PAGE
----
Sean Bryson
Notting Hill Carnival in Jeopardy ?
By Loreen McKellar Caribbean Voice
Racism in Notting Hill - Violence - Corruption - Crime - Political Correctness
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Notting Hill Carnival in Jeopardy ?

By Loreen McKellar Caribbean Voice

The future of London's Notting Hill Carnival, Europe's largest carnival, is in doubt after two men were murdered and 19 stabbing incidents were reported to the police.
Greg Watson 21 of Northolt, West London died from a single stab wound after challenging a youth who had approached his 14 year old female cousin. Abdul Bhatti, a 28 year old salesman from Hounslow, West London died from head injuries after being attacked by a gang who had robbed his friends. This latter incident is being treated by police as a racially-motivated crime. Police officers had filmed a group of 50 youths rampaging through the carnival before Bhattia was killed. The gang were involved in "steaming", a form of robbery which involves large numbers of youths.
The Notting Hill Carnival Trust has offered its sympathy to all the victims of violence at this year's event and said it would work closely with the police to ensure that the perpetrators of the violence were brought to justice.
"The Carnival has always embodied peace and harmony and will not tolerate violence in any form or for any reason," a statement read.
A Scotland Yard spokesman said a witness had described how the gang of mainly black males began targeting Asian stall holders with missiles before battering and kicking Mr Bhatti.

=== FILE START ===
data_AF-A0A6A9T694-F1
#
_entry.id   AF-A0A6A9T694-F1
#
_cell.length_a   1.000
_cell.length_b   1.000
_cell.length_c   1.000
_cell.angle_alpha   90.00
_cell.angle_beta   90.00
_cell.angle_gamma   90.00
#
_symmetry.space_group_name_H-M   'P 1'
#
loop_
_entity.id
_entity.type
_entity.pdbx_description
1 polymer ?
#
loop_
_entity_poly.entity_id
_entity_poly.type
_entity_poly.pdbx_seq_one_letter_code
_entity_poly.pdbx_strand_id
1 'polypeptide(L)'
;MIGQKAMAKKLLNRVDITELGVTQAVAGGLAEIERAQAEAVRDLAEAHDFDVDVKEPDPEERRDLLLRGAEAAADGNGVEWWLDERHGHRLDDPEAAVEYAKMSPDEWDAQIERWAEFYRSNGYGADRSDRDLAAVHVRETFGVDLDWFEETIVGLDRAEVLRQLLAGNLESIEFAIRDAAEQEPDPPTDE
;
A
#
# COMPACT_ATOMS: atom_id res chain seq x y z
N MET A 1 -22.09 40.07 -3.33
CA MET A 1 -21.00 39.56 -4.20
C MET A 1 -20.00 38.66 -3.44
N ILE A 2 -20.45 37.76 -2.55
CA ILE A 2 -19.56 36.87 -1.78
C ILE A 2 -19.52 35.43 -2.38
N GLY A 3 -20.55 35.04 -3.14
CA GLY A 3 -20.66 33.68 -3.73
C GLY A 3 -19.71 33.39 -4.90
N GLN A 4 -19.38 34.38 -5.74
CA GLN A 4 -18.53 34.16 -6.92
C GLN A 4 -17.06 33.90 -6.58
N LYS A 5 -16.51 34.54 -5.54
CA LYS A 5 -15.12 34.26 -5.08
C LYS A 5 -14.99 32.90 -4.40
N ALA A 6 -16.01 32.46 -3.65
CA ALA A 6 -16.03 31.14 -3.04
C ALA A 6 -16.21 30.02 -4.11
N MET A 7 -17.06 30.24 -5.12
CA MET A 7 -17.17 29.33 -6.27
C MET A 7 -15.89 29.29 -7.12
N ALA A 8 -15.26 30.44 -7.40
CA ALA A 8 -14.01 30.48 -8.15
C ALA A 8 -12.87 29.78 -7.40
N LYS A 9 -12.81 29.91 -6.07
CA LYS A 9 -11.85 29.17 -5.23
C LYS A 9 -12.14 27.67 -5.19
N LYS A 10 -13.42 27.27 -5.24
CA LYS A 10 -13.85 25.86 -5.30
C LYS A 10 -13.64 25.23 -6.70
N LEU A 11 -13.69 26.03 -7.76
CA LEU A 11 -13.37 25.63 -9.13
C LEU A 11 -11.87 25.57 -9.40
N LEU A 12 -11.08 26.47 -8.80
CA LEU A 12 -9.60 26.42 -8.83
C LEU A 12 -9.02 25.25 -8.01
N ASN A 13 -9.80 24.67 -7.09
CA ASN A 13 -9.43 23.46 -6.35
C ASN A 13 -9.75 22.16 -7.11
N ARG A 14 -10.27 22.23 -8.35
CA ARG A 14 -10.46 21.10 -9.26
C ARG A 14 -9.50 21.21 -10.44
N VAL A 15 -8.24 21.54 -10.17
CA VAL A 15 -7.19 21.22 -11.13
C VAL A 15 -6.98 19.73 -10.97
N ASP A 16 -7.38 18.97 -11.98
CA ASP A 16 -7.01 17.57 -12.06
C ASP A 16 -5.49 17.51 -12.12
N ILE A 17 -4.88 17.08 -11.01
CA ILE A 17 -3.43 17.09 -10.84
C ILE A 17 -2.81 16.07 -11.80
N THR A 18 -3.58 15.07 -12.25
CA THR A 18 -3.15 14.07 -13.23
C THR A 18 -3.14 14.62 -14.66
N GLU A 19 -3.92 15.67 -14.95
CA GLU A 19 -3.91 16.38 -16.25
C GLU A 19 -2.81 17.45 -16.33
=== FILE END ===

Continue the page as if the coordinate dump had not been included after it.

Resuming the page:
The popular two-day festival held over the August public holiday weekend attracted a crowd of 1.5 million people from all over the world. However, television footage of two youths openingly brandishing knives in a crowded area of the festival shown on national television added weight to fears that the two day event had grown too large for the Metropolitan Police to monitor effectively.
Official statistics recorded an 84 per cent increase in arrests mainly for possession of drugs, thefts and assaults. There were 276 other recorded crimes at the annual event, However, the London Metropolitan Police were accused of "massaging" crime figures for "political reasons".
Glen Smyth, Chairman of the Metropolitan Police Federation told the BBC "...the level of reported crime is far below that which really happens...There is a significant criminal minority who exploit the Carnival in full knowledge that the police will tread lightly."
Ian Johnston, Assistant Commissioner, Metropolitan Police, criticised police tactics at the Carnival which meant officers were encouraged to ignore non violent crimes. Ann Widdecombe, the shadow Home Secretary called for a review of police handling of the event. She said there was a difference between "ignoring petty crimes such as dropping litter and serious crimes such as drug offences and thefts".
After meeting with The Mayor of London, Ken Livingstone, The Metropolitan Police have agreed to produce a report on the policing of this year's carnival.
Mr Livingstone conceded that there were serious issues to resolve if the annual event was to continue. "...the real problems caused by a tiny criminal majority and, even more importantly, issues of public safety must be addressed."
Among the new safety proposals expected to be on the agenda are an earlier finishing time to reduce after-dark crime, new policing strategies and moving the event from west London's narrow streets to a more open location.
Mr Livingstone, writing in The Independent newspaper, praised the annual festival of Caribbean culture as a testament to London's cultural diversity but said it must not risk becoming a victim of its own success.
"It is that ever-growing popularity which now poses issues of public safety which all of us want to see sensibly resolved," he wrote.
Despite a downpour at midday just as the colourful parade of floats, flamboyantly dressed dancers and Caribbean steel bands was about to start, the streets of west London were packed with spectators.
The event, which featured more than 75 costume bands and two live stages, has its roots in a 1964 street procession aimed at bringing together an Afro-Caribbean community blighted by racism and prejudice.


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